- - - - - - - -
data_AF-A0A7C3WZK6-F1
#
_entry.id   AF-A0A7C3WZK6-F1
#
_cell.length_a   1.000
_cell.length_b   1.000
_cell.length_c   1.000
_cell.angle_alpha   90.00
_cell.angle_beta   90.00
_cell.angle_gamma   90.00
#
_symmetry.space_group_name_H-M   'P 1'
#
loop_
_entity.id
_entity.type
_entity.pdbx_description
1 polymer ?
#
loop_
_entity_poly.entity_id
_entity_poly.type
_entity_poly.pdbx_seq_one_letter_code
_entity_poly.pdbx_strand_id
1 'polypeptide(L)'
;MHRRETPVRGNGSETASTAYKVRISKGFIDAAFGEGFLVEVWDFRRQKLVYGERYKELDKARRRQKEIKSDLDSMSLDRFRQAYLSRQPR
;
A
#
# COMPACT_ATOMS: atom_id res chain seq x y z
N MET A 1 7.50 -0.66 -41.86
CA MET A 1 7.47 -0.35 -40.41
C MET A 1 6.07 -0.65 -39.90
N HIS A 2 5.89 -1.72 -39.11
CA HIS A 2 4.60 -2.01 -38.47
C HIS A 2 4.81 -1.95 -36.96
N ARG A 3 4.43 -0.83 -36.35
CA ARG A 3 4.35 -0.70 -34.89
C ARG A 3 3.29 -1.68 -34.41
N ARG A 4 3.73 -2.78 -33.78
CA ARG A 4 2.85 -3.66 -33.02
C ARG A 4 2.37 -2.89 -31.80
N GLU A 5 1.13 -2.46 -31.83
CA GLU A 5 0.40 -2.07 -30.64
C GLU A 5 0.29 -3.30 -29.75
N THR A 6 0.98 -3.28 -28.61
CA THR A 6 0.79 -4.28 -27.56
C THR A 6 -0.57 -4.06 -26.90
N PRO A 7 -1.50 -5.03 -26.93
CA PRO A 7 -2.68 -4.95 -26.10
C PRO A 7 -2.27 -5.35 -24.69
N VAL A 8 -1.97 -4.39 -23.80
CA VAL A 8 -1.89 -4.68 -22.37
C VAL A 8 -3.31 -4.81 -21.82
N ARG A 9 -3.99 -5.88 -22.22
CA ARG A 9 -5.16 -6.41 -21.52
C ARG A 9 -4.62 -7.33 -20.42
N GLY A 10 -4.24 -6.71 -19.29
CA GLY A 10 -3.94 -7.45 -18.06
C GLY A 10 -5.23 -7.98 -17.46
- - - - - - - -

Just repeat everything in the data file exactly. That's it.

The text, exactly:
data_AF-A0A7C3WZK6-F1
#
_entry.id   AF-A0A7C3WZK6-F1
#
_cell.length_a   1.000
_cell.length_b   1.000
_cell.length_c   1.000
_cell.angle_alpha   90.00
_cell.angle_beta   90.00
_cell.angle_gamma   90.00
#
_symmetry.space_group_name_H-M   'P 1'
#
loop_
_entity.id
_entity.type
_entity.pdbx_description
1 polymer ?
#
loop_
_entity_poly.entity_id
_entity_poly.type
_entity_poly.pdbx_seq_one_letter_code
_entity_poly.pdbx_strand_id
1 'polypeptide(L)'
;MHRRETPVRGNGSETASTAYKVRISKGFIDAAFGEGFLVEVWDFRRQKLVYGERYKELDKARRRQKEIKSDLDSMSLDRFRQAYLSRQPR
;
A
#
# COMPACT_ATOMS: atom_id res chain seq x y z
N MET A 1 7.50 -0.66 -41.86
CA MET A 1 7.47 -0.35 -40.41
C MET A 1 6.07 -0.65 -39.90
N HIS A 2 5.89 -1.72 -39.11
CA HIS A 2 4.60 -2.01 -38.47
C HIS A 2 4.81 -1.95 -36.96
N ARG A 3 4.43 -0.83 -36.35
CA ARG A 3 4.35 -0.70 -34.89
C ARG A 3 3.29 -1.68 -34.41
N ARG A 4 3.73 -2.78 -33.78
CA ARG A 4 2.85 -3.66 -33.02
C ARG A 4 2.37 -2.89 -31.80
N GLU A 5 1.13 -2.46 -31.83
CA GLU A 5 0.40 -2.07 -30.64
C GLU A 5 0.29 -3.30 -29.75
N THR A 6 0.98 -3.28 -28.61
CA THR A 6 0.79 -4.28 -27.56
C THR A 6 -0.57 -4.06 -26.90
N PRO A 7 -1.50 -5.03 -26.93
CA PRO A 7 -2.68 -4.95 -26.10
C PRO A 7 -2.27 -5.35 -24.69
N VAL A 8 -1.97 -4.39 -23.80
CA VAL A 8 -1.89 -4.68 -22.37
C VAL A 8 -3.31 -4.81 -21.82
N ARG A 9 -3.99 -5.88 -22.22
CA ARG A 9 -5.16 -6.41 -21.52
C ARG A 9 -4.62 -7.33 -20.42
N GLY A 10 -4.24 -6.71 -19.29
CA GLY A 10 -3.94 -7.45 -18.06
C GLY A 10 -5.23 -7.98 -17.46